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There’s a Secret Way to Try Out Driverless Cars at Heathrow Airport

By Matthew Phenix


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The future of urban mobility is playing out in a corner of London’s biggest airport.

Courtesy of Ultra Global PRT

The future of urban mobility is playing out in a corner of London’s biggest airport.

Not far from Terminal 5, there’s a free carnival ride masquerading as a humble parking lot shuttle.

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It seems that autonomous vehicles are all over the news these days: driverless bubbles and self-driving concept cars and robotic race cars—and driverless-car crashes, too. But unlike renting a Segway or a personal submarine, getting up close with our driverless future is a bigger challenge. For travelers with a little layover time on their hands in London, however, there’s an easy—and free—way to go for a robotic ride. 

Tucked away in Terminal 5 (home of British Airways), there’s a quiet little transit station with a row of sci-fi glass doors, through which await jellybean-shaped vehicles with facing bench seats and no steering wheels. These are the Heathrow pod cars, which the airport installed to take the place of diesel-powered shuttle buses. The pods have quietly and autonomously followed their 2.4-mile closed course since 2011, but unless you use the Business Car Park, they’re easy to miss.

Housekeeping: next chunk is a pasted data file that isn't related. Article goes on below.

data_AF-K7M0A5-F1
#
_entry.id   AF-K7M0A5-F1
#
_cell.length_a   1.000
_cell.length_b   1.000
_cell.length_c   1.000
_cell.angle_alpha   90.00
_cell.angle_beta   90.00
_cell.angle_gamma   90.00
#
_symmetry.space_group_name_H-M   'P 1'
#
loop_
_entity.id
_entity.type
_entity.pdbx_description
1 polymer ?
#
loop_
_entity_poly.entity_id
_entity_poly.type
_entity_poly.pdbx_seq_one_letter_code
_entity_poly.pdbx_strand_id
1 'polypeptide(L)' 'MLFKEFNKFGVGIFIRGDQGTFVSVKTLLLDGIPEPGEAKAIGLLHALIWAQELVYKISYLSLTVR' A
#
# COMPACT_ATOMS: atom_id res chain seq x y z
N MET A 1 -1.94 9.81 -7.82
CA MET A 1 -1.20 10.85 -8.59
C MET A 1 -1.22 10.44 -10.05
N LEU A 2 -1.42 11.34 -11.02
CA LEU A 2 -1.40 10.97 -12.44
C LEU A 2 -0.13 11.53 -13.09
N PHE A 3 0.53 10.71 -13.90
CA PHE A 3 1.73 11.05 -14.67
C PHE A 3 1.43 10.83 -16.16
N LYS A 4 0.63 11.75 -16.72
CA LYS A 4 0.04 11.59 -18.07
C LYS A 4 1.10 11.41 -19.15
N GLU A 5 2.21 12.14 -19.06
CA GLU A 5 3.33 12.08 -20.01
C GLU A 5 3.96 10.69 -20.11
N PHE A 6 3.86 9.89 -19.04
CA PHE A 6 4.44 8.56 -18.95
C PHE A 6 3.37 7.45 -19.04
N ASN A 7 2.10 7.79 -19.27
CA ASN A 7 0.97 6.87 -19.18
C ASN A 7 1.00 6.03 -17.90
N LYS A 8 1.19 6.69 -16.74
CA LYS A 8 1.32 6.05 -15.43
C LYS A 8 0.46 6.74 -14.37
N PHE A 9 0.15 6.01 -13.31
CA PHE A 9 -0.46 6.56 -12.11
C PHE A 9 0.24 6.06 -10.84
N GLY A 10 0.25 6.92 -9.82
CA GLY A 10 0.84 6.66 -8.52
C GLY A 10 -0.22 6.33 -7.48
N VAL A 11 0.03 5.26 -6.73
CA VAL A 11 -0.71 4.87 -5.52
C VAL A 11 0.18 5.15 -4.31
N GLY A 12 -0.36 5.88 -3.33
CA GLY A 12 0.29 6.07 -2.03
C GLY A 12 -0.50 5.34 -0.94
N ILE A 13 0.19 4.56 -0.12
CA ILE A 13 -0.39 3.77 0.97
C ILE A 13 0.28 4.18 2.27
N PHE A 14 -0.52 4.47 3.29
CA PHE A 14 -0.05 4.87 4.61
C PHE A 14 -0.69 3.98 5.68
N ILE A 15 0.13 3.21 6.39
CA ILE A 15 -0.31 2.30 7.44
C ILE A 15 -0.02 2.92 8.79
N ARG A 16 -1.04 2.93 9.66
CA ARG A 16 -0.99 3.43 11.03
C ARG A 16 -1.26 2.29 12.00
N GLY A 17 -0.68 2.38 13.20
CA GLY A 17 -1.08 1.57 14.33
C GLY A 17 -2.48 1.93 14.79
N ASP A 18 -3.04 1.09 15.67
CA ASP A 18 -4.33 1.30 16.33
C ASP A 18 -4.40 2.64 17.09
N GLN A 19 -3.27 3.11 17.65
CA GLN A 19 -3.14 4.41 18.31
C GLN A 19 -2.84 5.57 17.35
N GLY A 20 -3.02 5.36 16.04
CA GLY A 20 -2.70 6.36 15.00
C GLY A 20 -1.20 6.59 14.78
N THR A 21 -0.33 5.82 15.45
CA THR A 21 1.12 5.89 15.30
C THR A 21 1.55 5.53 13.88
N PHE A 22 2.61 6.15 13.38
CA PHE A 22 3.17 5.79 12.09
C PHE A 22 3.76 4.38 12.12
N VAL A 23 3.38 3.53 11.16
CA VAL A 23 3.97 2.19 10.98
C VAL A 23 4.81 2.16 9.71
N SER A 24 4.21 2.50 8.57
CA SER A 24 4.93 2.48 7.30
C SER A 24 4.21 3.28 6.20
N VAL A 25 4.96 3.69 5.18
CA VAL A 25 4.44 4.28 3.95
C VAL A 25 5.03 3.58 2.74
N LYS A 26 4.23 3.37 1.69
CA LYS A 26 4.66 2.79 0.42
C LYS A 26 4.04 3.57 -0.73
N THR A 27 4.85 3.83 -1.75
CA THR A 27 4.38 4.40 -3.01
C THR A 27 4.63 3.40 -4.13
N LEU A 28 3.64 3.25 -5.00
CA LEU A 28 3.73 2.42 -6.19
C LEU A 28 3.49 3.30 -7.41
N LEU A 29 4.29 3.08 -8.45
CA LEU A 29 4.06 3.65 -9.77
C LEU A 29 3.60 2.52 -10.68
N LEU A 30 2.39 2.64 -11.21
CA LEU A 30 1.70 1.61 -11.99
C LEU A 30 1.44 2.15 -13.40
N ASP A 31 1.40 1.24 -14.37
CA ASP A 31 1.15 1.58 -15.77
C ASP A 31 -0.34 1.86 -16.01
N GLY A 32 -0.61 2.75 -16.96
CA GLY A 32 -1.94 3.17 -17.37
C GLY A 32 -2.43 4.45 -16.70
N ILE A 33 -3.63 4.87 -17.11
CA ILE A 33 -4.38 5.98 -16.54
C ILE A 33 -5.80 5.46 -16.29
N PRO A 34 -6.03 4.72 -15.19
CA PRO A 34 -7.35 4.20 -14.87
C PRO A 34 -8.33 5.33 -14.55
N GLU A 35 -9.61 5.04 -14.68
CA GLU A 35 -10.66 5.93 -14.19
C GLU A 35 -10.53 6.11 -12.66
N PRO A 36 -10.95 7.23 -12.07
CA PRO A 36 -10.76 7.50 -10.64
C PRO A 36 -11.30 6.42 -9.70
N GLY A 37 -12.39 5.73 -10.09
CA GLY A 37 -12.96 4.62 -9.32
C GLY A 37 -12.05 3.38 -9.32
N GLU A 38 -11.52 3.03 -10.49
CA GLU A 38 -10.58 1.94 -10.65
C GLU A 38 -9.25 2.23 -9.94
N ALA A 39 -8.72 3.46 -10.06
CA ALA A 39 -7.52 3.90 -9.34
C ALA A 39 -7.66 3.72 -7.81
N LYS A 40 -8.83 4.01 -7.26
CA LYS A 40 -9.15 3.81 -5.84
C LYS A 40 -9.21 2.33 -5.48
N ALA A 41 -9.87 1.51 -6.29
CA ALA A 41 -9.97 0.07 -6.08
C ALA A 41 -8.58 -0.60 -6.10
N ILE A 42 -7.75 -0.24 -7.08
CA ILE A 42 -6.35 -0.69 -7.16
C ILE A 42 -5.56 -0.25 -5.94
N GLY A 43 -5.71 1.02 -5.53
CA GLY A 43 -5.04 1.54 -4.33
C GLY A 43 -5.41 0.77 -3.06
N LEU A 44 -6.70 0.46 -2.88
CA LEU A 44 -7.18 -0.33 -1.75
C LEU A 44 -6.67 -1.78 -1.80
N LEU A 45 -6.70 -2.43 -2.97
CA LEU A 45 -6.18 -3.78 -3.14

And make no mistake: These are bona fide driverless cars that self-navigate a narrow, two-lane roadway, not a track. Built by U.K.-based Ultra Global PRT (for Personal Rapid Transit), Heathrow’s battery-powered pods have rubber tires and space for six people and their bags. Each one is 12 feet long, five feet wide, and six feet tall, and T5’s fleet of 21 pods carries upwards of 1,000 travelers per day. 

Heathrow’s pods can accommodate six people and their luggage.
The pod track was imagined as a modest experiment in futuristic mobility, but its success has been a good deal greater than the airport expected. The pod network has reduced per-passenger carbon emissions by 50 percent compared with diesel-powered buses and by 70 percent compared with cars. And unlike a shuttle bus, the average wait time for a pod ride is less than eight seconds.

The experience itself is suitably Jetsons-like: Quieter than a refrigerator, the pod hums along at 25 mph, and the trip from terminal to car park, crossing seven roads and two rivers, takes just five minutes. Operation is as simple as getting in, picking your destination (there are only two, one at each end of the parking lot), and hitting the “close doors” button followed by the “start” button, whereupon your pod backs out of its little parking space and whizzes away. When you reach the other end, hop out and grab another pod back to the terminal.

Five minutes later, you’re back from the future, with time left over to browse duty free. 

Heathrow's battery-powered pod cars charge up in the station between rides.
>>Next: How E-Bikes Are Changing the Way We Travel

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